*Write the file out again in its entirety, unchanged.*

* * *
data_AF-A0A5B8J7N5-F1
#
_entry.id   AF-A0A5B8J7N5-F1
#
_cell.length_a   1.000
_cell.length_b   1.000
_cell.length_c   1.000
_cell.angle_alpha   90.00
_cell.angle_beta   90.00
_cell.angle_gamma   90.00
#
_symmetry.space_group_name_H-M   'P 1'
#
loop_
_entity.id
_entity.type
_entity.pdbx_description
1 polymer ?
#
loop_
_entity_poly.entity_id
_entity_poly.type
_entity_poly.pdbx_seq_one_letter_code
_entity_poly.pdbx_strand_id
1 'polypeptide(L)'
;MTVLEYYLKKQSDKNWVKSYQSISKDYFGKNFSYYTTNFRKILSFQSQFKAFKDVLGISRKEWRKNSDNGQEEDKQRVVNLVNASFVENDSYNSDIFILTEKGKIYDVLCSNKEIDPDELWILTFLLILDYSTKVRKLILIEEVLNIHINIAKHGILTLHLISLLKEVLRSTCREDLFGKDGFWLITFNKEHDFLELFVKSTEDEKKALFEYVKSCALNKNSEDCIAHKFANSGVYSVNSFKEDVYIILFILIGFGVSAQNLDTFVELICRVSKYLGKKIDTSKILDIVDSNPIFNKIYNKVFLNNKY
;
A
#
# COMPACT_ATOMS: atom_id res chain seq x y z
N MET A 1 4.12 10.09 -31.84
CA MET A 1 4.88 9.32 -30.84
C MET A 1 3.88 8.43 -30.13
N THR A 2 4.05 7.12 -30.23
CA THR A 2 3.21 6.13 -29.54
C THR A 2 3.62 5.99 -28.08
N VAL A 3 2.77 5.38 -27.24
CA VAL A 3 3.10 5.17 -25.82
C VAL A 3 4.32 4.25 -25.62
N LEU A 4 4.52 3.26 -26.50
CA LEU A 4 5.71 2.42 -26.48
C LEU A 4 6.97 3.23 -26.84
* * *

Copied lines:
data_AF-A0A5B8J7N5-F1
#
_entry.id   AF-A0A5B8J7N5-F1
#
_cell.length_a   1.000
_cell.length_b   1.000
_cell.length_c   1.000
_cell.angle_alpha   90.00
_cell.angle_beta   90.00
_cell.angle_gamma   90.00
#
_symmetry.space_group_name_H-M   'P 1'
#
loop_
_entity.id
_entity.type
_entity.pdbx_description
1 polymer ?
#
loop_
_entity_poly.entity_id
_entity_poly.type
_entity_poly.pdbx_seq_one_letter_code
_entity_poly.pdbx_strand_id
1 'polypeptide(L)'
;MTVLEYYLKKQSDKNWVKSYQSISKDYFGKNFSYYTTNFRKILSFQSQFKAFKDVLGISRKEWRKNSDNGQEEDKQRVVNLVNASFVENDSYNSDIFILTEKGKIYDVLCSNKEIDPDELWILTFLLILDYSTKVRKLILIEEVLNIHINIAKHGILTLHLISLLKEVLRSTCREDLFGKDGFWLITFNKEHDFLELFVKSTEDEKKALFEYVKSCALNKNSEDCIAHKFANSGVYSVNSFKEDVYIILFILIGFGVSAQNLDTFVELICRVSKYLGKKIDTSKILDIVDSNPIFNKIYNKVFLNNKY
;
A
#
# COMPACT_ATOMS: atom_id res chain seq x y z
N MET A 1 4.12 10.09 -31.84
CA MET A 1 4.88 9.32 -30.84
C MET A 1 3.88 8.43 -30.13
N THR A 2 4.05 7.12 -30.23
CA THR A 2 3.21 6.13 -29.54
C THR A 2 3.62 5.99 -28.08
N VAL A 3 2.77 5.38 -27.24
CA VAL A 3 3.10 5.17 -25.82
C VAL A 3 4.32 4.25 -25.62
N LEU A 4 4.52 3.26 -26.50
CA LEU A 4 5.71 2.42 -26.48
C LEU A 4 6.97 3.23 -26.84